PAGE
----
iPhone X is a sad joke, according to 'Silicon Valley' cast

Commentary: A new "Funny or Die" video offers a glimpse into the tech industry disdain for Apple's "smartphone of the future."

Chris Matyszczyk
2 min read

Technically Incorrect offers a slightly twisted take on the tech that's taken over our lives


Not impressed.

Funny or Die/YouTube screenshot by Chris Matyszczyk/CNET

Are you forcing yourself to (still) be excited about the  iPhone X ?

Are you resisting the urge to just go and buy an 8 Plus and instantly enjoy the wonders of wireless charging?

Are you worried, though, that reports suggesting iPhone 8 sales are slow might lead to you to waver about the X?

You must have wondered, then, what the deep tech community thinks. You know, the ones who really dictate just how parlous your future will be. Well, here are the best representatives I know, the cast of HBO's "Silicon Valley," offering its instant reactions to Apple 's "smartphone of the future."

In a new Funny or Die video, Richard Hendricks and his Pied Piper team watch Apple's great iPhone X unveiling and are stunned at what they see. No, not in the most soul-stirring, limb-lifting, mouth-twitching way. 

Instead, as they watch Craig Federighi, Apple's senior vice president of software engineering, attempt to present Face ID -- the new way of unlocking your iPhone  -- they can barely pipe up a snort.

Yet it's Federighi's demonstration of Apple's new animoji, the animated emoji of things like pandas and poop that move just like your own face, that finally drives these Valley icons to despair.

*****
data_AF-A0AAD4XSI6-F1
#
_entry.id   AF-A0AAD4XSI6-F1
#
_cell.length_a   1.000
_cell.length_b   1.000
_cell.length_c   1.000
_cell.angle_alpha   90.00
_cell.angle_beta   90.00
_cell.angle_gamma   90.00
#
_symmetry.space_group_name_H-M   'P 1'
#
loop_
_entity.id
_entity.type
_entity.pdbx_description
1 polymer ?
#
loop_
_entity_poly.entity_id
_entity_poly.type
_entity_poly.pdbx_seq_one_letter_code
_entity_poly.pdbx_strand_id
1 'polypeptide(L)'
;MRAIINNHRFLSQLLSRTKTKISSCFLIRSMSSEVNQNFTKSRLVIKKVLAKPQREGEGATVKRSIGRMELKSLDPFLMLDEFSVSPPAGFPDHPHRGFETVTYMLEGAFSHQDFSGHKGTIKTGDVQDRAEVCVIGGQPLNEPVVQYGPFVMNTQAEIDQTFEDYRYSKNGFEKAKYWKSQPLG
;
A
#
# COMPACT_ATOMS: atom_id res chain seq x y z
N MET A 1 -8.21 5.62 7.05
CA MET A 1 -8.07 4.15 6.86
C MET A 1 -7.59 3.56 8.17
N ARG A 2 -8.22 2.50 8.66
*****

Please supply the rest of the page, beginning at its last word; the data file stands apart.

Erlich Bachman, the true spirit of the company, offers an unprintable reaction.

Hendricks, however, tries to be positive: "It's fun. And, you know, the demo's interactive," he says, with a pained face.

But once Federighi starts making his now-legendary chicken noises to go along with his chicken animoji, the Piperites cannot cope. Their numbness only increases when Federighi brings out his almost masterful interpretation of a unicorn's ... snort.

There they were, hoping to witness something for the next age. Soon, they realize the next age will be one in which we choose to behave like farmyard animals and believe in mythical creatures. Or, as some might call it, "Game of Thrones."

Apple didn't immediately respond to a request for its view of this work of art.

I worry, though, that the poop-inspired tagline offered here might inflame one or two in Cupertino. 

Still, can the iPhone X still excite? I worry. Even Jared, the one Pied Piper member who always tries to find the good, admits that when he says he likes it, he's actually lying.

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